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The 7 Most Powerful Ideas In Learning Available Right Now

The 7 Most Powerful Ideas In Learning Available Right Now | lärresurser | Scoop.it

"Utopian visions of learning are tempting, if for no other reason than they absolve us of accountability to create it right now, leading to nebulous romanticizing about how powerful learning could be if we just did more of X and Y. But therein lies the rub: Tomorrow’s learning is already available, and below are 7 of the most compelling and powerful trends, concepts, and resources that represent its promise."


Via EDTECH@UTRGV, Anne Whaits, Lynnette Van Dyke
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DPG plc's curator insight, April 9, 2013 3:36 AM

Subjective yes but very interesting and agree with most - what about you?

Dorothy Minor's curator insight, July 8, 2013 3:09 PM

We talk a great deal about shifting the learning dynamic. Here's an article with good ideas on connecting students and learning.

Daniel Jimenez Zulic's curator insight, August 3, 2013 12:05 PM

Buen resumen para no perder el rumbo

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10 Predictions for Personalized Learning for 2013

10 Predictions for Personalized Learning for 2013 | lärresurser | Scoop.it

What will Personalized Learning look like in 2013? The main change that will happen in teaching and learning in 2013 will be about empowerment. Teachers and learners will be more empowered to take charge of their learning. We will see this through the evidence they share as they learn.


Via Kathleen McClaskey, Barbara Bray, Teis Broeting, Marie Linder
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Serge Renard's curator insight, April 30, 2013 7:18 AM

http://proser.renard.free.fr/

Serge Renard's curator insight, April 30, 2013 7:20 AM

http://proser.renard.free.fr/

Thomas Salmon's curator insight, May 6, 2013 1:34 PM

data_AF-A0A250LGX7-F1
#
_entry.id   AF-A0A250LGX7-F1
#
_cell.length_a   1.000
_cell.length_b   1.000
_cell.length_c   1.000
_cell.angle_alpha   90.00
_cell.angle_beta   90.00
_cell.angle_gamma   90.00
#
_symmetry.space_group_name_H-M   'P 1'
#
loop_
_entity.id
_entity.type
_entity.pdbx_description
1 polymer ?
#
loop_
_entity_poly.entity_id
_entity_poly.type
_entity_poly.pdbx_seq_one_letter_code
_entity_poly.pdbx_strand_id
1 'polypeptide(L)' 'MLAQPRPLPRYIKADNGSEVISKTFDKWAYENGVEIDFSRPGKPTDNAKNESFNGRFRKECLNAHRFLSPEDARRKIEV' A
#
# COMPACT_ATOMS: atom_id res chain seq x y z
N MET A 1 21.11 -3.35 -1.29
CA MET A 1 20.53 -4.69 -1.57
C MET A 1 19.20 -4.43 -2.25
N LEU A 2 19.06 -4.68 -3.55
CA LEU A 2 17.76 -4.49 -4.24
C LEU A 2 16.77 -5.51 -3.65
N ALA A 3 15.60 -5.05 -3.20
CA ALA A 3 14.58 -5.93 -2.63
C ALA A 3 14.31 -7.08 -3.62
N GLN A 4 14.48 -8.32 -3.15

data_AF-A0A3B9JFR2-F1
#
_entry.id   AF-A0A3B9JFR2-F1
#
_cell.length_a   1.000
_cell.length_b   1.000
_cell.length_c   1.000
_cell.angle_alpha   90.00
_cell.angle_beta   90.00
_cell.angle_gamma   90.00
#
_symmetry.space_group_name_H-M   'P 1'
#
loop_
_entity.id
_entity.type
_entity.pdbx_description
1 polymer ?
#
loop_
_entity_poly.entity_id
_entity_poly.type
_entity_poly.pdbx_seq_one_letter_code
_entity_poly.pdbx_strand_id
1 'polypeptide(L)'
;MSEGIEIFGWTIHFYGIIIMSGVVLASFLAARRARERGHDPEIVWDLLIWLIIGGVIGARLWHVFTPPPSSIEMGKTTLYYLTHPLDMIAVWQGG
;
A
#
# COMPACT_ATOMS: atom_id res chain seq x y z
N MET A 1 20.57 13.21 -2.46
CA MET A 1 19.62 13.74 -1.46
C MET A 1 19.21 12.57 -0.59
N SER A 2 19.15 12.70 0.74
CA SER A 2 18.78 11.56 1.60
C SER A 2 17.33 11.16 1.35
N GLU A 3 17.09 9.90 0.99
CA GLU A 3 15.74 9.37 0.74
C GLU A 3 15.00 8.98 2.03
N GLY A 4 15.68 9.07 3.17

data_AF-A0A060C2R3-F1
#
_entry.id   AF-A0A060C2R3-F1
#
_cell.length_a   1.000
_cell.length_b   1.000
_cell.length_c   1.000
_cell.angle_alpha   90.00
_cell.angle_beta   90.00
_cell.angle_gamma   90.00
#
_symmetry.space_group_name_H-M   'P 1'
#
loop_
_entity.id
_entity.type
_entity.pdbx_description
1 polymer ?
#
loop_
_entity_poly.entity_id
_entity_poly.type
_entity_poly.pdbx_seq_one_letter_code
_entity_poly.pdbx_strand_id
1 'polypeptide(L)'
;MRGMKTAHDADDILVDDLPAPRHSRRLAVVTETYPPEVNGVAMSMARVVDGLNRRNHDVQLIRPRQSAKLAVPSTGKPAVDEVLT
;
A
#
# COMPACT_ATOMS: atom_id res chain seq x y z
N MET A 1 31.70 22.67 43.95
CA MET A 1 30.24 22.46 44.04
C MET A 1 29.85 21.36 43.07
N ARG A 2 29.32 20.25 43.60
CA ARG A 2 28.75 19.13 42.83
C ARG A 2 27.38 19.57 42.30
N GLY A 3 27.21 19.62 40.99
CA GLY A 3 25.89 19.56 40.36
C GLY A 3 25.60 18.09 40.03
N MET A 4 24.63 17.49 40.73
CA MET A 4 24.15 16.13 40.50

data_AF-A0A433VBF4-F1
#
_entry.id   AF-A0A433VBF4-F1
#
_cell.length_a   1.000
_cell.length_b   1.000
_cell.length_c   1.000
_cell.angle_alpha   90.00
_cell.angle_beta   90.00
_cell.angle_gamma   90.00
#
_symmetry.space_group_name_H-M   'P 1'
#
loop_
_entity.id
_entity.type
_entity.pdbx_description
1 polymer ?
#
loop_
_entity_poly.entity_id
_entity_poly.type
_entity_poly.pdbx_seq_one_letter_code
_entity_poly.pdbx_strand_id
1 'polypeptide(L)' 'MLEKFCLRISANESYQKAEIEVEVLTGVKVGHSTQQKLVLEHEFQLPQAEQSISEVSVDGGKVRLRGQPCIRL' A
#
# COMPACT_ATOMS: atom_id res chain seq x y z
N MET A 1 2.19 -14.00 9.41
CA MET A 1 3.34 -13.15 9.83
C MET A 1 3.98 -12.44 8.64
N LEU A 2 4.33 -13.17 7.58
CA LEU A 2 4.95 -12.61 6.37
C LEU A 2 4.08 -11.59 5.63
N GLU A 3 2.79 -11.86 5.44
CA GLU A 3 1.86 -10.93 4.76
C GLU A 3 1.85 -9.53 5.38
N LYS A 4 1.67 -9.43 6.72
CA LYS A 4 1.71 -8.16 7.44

Interesting, in other ways this could also be seen as framing learning as a constant performance of assessment. Where do you draw the line ?

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Sept 3 - Teaching and Learning Weekly is out

An online newspaper that collects together the week's news relating to teaching and learning - particularly for those interested in finding resources and inspirational stories about education.

Read and subscribe free at:  http://paper.li/f-1328546324

 

Nicola: could be useful


Via Adam Atodl, Stewart-Marshall, nicolaperry
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Brain based education: Fad or breakthrough--high quality

Professor Daniel Willingham looks at when and how neuroscience can inform education. (Higher quality version of previously posted video)

Via nicolaperry
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nicolaperry's curator insight, January 27, 2013 8:26 AM

I've been taking part in the EVO TESOL conference neuroscience sypmosium. This video posted by one of the participants made a lot of sense to me.

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How To Teach And Learn A Language Via Video Chat - Edudemic

How To Teach And Learn A Language Via Video Chat - Edudemic | lärresurser | Scoop.it